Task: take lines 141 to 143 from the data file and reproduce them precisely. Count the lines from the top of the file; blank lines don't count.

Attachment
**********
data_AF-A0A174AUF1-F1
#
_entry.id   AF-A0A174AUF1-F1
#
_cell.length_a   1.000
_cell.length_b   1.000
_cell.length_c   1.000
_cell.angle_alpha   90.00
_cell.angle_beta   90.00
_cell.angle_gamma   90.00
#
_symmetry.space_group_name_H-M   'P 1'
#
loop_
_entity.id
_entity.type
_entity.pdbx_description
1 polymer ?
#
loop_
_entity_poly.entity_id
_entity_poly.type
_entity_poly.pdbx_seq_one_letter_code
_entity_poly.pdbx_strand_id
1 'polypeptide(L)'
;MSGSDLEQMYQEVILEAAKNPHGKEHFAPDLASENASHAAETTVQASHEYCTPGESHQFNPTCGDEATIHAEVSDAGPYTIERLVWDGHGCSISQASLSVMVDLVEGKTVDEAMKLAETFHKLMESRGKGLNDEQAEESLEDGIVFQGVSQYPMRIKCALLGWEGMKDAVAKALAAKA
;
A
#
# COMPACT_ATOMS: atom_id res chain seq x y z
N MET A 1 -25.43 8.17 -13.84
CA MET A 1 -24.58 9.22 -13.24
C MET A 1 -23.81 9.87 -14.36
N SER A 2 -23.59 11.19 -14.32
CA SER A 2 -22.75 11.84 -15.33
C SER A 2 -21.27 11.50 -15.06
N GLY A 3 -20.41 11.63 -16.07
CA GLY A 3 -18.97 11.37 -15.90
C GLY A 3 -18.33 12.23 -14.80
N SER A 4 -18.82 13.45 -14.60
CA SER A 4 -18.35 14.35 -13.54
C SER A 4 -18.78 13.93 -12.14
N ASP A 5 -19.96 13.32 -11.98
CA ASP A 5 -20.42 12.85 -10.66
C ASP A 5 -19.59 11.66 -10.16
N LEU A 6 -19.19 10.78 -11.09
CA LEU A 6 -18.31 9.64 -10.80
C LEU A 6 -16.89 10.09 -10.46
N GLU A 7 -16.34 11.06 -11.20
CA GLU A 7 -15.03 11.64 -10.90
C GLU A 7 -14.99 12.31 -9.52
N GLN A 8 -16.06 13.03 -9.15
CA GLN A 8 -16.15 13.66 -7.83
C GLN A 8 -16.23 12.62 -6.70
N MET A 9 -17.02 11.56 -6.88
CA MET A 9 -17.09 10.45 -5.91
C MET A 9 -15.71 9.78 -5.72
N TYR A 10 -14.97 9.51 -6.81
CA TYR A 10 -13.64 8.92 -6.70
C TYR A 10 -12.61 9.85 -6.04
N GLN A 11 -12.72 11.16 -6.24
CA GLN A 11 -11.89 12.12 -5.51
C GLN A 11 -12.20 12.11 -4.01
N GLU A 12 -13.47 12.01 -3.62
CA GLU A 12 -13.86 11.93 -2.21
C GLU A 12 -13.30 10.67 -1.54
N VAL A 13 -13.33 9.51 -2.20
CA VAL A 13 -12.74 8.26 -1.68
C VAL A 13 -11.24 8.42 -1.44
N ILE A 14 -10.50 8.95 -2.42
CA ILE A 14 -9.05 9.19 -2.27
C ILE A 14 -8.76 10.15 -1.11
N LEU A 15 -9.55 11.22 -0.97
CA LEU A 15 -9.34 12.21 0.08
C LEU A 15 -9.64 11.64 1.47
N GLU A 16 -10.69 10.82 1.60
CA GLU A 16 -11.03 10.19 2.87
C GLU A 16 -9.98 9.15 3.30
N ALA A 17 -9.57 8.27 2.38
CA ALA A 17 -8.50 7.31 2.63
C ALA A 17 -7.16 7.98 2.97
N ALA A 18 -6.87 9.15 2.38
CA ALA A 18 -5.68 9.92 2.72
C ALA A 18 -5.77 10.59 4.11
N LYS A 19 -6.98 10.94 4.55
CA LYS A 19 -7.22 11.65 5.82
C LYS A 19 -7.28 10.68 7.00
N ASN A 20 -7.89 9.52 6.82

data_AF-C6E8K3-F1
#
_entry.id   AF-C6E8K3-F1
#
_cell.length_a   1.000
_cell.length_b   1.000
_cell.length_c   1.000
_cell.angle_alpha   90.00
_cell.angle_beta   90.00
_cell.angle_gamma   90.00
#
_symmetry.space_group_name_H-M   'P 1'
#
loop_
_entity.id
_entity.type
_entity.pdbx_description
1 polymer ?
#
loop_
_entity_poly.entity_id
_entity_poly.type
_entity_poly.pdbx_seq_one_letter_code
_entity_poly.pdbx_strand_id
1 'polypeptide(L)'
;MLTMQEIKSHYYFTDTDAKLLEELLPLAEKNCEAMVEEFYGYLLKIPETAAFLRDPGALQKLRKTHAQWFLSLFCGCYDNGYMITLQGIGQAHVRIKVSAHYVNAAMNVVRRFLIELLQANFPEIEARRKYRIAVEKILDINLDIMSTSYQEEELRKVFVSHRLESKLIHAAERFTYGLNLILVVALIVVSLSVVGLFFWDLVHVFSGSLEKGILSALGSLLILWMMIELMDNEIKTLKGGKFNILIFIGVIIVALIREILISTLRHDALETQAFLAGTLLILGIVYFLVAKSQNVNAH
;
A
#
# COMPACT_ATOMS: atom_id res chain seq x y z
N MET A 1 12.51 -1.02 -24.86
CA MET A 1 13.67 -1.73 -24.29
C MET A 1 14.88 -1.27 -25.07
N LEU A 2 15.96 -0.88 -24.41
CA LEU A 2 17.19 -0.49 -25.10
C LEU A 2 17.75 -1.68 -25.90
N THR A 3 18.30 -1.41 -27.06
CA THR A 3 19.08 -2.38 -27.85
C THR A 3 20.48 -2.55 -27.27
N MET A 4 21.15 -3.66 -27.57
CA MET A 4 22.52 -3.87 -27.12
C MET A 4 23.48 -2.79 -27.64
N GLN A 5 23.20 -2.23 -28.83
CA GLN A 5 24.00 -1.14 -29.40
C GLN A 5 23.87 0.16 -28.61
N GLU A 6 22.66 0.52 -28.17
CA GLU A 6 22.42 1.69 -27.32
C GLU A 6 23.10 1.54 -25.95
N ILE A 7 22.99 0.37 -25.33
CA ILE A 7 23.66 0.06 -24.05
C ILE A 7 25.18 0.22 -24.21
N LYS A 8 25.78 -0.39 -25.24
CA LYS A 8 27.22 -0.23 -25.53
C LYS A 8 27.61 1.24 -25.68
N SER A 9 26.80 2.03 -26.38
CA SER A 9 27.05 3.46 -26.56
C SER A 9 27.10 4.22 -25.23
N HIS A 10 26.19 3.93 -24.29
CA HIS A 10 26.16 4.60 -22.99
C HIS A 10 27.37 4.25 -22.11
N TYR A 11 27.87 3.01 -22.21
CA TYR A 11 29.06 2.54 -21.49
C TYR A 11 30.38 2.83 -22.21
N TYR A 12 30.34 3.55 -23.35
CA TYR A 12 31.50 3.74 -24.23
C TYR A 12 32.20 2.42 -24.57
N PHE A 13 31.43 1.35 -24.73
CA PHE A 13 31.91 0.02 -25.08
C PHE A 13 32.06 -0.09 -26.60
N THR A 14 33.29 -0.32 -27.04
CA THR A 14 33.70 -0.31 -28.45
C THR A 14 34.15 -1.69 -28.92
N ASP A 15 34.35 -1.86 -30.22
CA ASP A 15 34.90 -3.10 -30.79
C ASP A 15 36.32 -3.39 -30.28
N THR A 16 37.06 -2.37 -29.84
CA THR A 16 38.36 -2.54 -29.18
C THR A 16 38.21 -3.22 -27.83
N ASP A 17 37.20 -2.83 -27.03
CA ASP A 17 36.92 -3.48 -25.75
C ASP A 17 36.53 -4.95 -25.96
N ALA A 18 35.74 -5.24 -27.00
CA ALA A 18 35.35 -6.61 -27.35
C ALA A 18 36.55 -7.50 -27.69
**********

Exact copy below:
CA LYS A 8 27.22 -0.23 -25.53
C LYS A 8 27.61 1.24 -25.68
N SER A 9 26.80 2.03 -26.38